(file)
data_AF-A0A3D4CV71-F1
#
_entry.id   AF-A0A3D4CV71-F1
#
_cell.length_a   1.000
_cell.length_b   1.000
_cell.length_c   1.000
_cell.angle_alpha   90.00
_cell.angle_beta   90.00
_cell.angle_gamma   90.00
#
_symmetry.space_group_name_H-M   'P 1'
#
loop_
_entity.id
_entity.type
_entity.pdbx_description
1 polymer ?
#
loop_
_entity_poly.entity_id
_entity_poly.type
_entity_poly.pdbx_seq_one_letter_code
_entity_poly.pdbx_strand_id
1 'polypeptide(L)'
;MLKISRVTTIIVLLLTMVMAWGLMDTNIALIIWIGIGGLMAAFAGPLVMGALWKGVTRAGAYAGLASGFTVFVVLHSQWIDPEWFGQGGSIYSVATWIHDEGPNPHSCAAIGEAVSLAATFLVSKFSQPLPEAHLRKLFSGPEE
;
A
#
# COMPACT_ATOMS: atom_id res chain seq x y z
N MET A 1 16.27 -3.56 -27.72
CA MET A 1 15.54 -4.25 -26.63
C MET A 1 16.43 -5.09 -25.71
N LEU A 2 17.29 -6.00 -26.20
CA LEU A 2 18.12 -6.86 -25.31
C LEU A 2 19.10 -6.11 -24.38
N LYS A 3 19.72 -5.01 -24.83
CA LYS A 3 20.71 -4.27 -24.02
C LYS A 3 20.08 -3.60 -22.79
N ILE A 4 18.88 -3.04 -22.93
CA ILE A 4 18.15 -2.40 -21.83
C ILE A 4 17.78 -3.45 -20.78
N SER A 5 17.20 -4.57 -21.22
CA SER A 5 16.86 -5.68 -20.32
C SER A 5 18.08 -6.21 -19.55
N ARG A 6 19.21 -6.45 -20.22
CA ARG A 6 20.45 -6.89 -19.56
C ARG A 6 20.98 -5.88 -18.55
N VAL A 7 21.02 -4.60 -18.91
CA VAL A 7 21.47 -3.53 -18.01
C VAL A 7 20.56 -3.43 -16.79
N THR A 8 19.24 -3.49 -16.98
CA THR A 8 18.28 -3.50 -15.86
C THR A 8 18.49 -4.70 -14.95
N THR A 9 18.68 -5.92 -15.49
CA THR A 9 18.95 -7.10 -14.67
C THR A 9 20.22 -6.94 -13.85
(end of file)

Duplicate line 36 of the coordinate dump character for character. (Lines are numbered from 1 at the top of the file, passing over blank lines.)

C LEU A 2 19.10 -6.11 -24.38